How does mobility shape parental strategies?
Professor of Sociology Claire Maxwell has contributed to the journal Globalisation, Society and Education with the article 'How does mobility shape parental strategies – a case of the Israeli global middle class and their ‘immobile’ peers in Tel Aviv.'
Together with her colleague they examined the parental strategies of global middle class (GMC) parents currently living in Israel, and compared these to their local middle class (LMC) peers. Both groups of parents were focused on securing advantages for their children through education choices and practices of cultivation. The central difference between these two groups of middle class parents was the ways in which ‘mobile-mindedness’ was conceived of, and in turn shaped the future aspirations they held for their children. A second critical finding was that this group of GMC actively fostered strong relations to belonging to their ‘home’ nation, challenging the suggestion of rootless nomads found in the literature. The authors argue that the GMCs in their sample think locally in each place they settle in order to secure the educational advantage, but act globally with respect to their children’s prospective futures. Meanwhile, the LMCs think globally in terms of cultivating forms of capital to secure advantages for their children, but do so with a locally-informed frame of reference for their imagined futures. These conceptual insights into the lived narratives of the GMC have implications for the ways we come to understand this emerging middle class fraction, and should shape further research in this area.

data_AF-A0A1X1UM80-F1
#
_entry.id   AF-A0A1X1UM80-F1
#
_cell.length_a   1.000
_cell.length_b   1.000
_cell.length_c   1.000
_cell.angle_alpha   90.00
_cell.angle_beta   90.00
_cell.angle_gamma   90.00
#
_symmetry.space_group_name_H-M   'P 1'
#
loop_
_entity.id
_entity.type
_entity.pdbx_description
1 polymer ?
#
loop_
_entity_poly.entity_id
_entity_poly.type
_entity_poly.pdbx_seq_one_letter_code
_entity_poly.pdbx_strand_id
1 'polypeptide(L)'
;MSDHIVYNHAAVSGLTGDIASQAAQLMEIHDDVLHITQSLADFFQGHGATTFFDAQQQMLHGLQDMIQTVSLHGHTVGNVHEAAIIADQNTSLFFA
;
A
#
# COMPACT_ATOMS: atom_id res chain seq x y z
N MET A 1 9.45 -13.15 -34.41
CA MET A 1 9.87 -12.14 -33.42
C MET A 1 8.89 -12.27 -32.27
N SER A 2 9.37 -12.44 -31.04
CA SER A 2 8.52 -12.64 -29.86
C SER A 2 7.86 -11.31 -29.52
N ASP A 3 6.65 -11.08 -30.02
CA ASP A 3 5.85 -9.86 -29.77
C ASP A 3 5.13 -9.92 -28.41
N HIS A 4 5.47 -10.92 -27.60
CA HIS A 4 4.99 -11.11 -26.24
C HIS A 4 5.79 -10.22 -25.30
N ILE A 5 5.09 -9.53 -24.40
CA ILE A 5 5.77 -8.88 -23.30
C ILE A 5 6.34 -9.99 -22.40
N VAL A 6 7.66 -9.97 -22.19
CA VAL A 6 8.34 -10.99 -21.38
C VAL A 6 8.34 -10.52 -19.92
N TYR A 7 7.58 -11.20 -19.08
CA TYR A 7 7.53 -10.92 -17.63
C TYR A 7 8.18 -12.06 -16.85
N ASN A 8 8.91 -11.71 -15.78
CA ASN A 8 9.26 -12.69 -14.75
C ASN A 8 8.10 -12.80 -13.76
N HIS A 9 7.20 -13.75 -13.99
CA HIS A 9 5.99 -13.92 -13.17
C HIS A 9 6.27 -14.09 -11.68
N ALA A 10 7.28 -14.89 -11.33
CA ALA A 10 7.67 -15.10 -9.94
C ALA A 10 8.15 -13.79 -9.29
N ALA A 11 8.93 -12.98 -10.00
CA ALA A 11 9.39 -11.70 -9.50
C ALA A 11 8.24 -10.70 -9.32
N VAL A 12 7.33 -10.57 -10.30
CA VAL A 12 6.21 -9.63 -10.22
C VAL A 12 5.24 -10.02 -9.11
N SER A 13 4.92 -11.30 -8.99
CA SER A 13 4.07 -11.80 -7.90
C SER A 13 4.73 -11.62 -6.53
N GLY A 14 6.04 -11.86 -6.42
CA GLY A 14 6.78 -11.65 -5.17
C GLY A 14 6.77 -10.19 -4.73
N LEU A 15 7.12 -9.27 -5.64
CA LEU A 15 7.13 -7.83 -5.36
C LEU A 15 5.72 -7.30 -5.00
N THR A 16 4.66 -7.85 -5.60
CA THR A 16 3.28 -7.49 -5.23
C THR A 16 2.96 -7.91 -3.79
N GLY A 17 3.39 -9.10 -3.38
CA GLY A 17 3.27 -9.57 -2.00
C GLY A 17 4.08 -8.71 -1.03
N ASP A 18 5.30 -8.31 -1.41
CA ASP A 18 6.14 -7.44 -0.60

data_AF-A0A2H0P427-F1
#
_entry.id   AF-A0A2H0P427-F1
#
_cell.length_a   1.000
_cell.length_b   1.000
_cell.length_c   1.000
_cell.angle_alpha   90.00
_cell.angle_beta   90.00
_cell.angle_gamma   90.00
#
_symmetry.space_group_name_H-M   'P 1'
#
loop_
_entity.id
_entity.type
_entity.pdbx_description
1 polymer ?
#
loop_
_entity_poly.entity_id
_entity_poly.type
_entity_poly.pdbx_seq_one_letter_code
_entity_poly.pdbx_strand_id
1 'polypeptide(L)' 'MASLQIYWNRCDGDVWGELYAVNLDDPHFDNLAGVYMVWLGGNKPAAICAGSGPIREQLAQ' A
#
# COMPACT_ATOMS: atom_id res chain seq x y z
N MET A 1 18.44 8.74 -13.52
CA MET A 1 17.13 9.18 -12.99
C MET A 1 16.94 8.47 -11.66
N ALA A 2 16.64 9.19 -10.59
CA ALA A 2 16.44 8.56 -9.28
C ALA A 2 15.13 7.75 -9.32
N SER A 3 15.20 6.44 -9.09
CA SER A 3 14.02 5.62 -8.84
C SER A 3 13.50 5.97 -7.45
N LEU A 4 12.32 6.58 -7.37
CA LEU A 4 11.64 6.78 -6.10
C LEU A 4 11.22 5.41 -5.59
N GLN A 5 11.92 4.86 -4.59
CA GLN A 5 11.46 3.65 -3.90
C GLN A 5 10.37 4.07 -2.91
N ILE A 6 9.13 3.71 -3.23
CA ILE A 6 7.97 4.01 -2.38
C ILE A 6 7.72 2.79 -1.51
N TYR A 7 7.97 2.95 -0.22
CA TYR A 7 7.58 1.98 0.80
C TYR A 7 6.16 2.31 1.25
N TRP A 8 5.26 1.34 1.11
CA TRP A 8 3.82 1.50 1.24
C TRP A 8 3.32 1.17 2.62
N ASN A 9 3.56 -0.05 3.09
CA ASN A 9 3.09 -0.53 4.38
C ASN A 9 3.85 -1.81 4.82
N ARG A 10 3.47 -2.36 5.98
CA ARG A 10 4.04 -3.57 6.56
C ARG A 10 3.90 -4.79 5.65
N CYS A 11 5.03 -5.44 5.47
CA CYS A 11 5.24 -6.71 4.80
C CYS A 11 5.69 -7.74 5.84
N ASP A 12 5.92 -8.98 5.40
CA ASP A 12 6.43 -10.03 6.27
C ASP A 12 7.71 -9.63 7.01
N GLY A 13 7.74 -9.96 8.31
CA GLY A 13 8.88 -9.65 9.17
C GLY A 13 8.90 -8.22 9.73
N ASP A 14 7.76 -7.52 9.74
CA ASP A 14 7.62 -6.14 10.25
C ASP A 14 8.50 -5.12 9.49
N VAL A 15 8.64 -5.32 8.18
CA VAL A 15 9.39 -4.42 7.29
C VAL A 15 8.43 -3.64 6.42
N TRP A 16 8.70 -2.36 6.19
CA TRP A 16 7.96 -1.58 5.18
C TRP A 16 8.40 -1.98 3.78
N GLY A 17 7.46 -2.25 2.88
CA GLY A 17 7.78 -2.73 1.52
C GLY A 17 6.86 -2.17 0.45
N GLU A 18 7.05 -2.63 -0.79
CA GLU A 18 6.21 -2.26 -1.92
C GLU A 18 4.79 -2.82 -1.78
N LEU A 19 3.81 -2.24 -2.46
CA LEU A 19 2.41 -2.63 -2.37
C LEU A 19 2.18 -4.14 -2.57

Claire Maxwell, How does mobility shape parental strategies – a case of the Israeli global middle class and their ‘immobile’ peers in Tel Aviv, Globalisation, Society and Education, October 2018.